Union in Union County, South Carolina — The American South (South Atlantic)
Jefferson Davis Dined in This House
President of the Confederate
States of America
Dined in this House,
The former home of
William H. Wallace
April 28, 1865
Erected by Patriotic and Civil Organizations of Union, S.C.
Topics. This historical marker is listed in this topic list: War, US Civil. A significant historical month for this entry is April 1782.
Location. 34° 42.933′ N, 81° 37.133′ W. Marker is in Union, South Carolina, in Union County. Marker is on East Main Street, on the right when traveling east. Marker is located in front of the house. The house is also known as the General William Wallace House. Touch for map. Marker is at or near this postal address: 418 East Main Street, Union SC 29379, United States of America. Touch for directions.
Other nearby markers. At least 10 other markers are within walking distance of this marker. Union County Veterans Memorial (about 700 feet away, measured in a direct line); Thomas N. Dawkins House (about 700 feet away); Culp-Beaty Hall (approx. 0.3 miles away); Union County Confederate Monument (approx. 0.3 miles away); Union County Revolutionary War (approx. John Pratt (approx. 0.4 miles away); Lynching in America / Lynching in Union County after 1877 (approx. 0.4 miles away); Reconstruction Era Lynchings in Union County / Union County Jail Raid Massacre (approx. 0.4 miles away); Episcopal Church Of The Nativity (approx. 0.4 miles away); Union Community Hospital (approx. 0.4 miles away). Touch for a list and map of all markers in Union.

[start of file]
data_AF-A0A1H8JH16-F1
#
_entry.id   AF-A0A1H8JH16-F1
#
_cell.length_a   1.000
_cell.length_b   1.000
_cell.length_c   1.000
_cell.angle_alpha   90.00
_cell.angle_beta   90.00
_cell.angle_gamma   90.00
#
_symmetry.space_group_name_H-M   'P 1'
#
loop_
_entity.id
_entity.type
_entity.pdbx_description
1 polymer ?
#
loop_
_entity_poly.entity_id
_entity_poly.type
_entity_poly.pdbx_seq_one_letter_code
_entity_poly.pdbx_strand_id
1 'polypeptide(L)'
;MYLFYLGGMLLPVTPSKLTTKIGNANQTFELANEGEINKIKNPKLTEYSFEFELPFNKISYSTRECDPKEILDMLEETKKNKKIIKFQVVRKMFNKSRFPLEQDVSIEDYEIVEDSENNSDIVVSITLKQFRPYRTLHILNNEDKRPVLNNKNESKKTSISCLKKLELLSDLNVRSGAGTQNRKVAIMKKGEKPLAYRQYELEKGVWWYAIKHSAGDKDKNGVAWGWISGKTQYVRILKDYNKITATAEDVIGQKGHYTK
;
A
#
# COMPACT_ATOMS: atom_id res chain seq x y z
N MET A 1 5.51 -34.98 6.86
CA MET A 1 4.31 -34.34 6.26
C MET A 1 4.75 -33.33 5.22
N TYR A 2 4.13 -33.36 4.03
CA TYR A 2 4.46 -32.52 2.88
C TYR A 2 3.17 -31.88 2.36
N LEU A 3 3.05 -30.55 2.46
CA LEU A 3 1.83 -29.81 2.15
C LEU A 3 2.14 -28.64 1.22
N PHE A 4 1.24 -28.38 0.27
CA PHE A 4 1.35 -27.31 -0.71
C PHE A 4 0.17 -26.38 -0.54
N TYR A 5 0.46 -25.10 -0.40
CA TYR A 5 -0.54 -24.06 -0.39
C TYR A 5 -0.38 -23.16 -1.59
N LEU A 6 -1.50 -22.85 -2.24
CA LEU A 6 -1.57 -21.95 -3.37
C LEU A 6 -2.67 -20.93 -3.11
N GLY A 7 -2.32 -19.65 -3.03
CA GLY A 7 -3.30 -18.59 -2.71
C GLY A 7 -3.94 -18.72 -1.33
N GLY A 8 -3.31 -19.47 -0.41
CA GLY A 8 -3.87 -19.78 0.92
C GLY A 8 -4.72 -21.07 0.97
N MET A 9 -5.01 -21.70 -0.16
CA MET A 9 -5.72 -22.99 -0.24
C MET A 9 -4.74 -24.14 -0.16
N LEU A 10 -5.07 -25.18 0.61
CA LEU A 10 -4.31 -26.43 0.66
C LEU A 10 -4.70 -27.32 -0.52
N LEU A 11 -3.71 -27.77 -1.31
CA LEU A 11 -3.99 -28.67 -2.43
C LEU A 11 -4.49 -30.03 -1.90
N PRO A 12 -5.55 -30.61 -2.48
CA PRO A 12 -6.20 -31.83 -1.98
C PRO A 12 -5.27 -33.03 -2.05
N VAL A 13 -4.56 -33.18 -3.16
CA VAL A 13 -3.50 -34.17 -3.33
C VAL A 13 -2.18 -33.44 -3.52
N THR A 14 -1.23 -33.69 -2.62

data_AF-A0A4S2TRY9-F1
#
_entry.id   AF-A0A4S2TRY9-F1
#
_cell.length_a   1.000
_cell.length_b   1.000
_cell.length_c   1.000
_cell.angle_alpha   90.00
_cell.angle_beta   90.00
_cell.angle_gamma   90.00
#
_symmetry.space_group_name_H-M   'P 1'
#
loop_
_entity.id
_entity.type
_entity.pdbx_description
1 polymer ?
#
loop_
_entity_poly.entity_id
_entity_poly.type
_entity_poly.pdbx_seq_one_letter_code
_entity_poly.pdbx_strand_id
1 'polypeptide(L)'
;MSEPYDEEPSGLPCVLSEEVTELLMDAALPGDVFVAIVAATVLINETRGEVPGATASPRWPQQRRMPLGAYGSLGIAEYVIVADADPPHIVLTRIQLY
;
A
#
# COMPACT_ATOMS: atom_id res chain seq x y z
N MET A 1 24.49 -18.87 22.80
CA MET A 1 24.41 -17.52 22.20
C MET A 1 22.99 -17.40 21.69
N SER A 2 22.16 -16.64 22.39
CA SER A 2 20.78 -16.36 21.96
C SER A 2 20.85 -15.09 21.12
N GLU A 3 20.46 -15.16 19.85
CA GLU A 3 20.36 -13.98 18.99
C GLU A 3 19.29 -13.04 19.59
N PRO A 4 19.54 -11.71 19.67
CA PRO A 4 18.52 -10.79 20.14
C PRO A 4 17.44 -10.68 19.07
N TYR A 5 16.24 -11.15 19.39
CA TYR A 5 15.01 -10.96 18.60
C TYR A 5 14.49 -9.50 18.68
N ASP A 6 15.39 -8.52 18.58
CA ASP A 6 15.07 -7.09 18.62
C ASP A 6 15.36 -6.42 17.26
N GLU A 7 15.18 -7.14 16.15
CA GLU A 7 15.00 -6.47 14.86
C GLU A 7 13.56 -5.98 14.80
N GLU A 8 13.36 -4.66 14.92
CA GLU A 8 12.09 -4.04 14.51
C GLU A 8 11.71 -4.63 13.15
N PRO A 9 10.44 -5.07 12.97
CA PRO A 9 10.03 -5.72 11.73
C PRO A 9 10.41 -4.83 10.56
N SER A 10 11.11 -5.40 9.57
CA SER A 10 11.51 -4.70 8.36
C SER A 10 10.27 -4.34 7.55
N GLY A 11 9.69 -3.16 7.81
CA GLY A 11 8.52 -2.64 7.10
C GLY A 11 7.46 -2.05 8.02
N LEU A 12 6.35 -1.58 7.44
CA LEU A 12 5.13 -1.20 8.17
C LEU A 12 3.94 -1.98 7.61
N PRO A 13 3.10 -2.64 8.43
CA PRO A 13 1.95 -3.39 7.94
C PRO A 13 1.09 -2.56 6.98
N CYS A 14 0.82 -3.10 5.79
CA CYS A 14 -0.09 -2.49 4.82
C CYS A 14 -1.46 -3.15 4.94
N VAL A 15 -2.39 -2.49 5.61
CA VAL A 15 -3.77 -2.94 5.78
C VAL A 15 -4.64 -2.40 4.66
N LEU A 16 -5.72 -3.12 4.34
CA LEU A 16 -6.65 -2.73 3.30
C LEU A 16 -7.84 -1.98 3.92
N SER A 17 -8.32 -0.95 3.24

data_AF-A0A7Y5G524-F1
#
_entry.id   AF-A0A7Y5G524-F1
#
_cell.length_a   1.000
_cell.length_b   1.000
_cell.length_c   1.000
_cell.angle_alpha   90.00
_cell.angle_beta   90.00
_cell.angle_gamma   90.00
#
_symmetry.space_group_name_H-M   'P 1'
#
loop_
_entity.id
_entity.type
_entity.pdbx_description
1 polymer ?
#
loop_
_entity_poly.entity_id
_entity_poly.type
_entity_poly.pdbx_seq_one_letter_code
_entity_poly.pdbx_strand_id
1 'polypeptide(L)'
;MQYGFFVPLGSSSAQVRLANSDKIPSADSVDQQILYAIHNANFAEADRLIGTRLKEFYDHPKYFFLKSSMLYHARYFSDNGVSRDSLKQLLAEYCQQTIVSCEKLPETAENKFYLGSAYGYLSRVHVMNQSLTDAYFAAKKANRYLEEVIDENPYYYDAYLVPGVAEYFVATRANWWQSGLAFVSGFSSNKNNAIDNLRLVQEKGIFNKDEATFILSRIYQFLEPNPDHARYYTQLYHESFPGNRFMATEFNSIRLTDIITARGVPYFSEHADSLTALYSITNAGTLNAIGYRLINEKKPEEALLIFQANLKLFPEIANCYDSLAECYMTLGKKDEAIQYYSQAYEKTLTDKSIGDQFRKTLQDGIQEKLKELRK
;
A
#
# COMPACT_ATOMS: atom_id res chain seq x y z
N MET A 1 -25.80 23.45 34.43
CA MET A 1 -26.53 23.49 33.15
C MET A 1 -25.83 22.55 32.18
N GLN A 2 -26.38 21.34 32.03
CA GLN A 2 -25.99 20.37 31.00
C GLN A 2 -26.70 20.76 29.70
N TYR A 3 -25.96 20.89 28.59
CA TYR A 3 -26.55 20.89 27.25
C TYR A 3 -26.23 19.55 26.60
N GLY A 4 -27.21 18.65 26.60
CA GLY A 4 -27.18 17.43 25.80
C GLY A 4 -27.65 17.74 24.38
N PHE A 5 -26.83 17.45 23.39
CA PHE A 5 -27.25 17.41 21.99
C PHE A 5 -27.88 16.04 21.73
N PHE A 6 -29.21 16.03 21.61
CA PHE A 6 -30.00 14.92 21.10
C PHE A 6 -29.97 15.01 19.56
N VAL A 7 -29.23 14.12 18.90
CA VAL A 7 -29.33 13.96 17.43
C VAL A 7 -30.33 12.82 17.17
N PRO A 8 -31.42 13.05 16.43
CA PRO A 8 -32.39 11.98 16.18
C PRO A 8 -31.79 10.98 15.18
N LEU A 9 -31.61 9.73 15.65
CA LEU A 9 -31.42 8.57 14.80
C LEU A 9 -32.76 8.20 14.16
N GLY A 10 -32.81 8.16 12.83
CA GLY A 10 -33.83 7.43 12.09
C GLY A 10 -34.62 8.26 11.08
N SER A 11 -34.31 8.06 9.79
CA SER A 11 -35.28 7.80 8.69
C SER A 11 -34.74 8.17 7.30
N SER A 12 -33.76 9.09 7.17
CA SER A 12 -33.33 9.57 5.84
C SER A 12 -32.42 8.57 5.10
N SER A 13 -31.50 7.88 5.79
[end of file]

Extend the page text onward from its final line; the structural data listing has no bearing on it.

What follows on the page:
1. The General William Wallace House (418 E. Main Street)
"The two-story General William Wallace House has been remodeled over the years, but still retains its original Palladian doorway. Wallace was speaker of the House of Representatives during several months in 1876 and 1877 when South Carolina had two governors and two groups claiming to be the legislature. The state Supreme Court declared Wade Hampton winner in the 1876 gubernatorial race against the presiding governor Daniel Chamberlain, a former Union carpetbagger. Chamberlain refused to accept the decision and the state operated under a dual government until 1877 when newly elected President Hayes withdrew all federal troops from South Carolina. Without their support, Chamberlain was forced to back down." (Source: South Carolina: A Day at a Time by Caroline W. Todd and Sidney Wait, page 329.)
— Submitted November 11, 2008, by Brian Scott of Anderson, South Carolina.
Credits. This page was last revised on April 18, 2021. It was originally submitted on November 11, 2008, by Brian Scott of Anderson, South Carolina. This page has been viewed 2,042 times since then and 121 times this year. Photos: 1, 2. submitted on November 11, 2008, by Brian Scott of Anderson, South Carolina.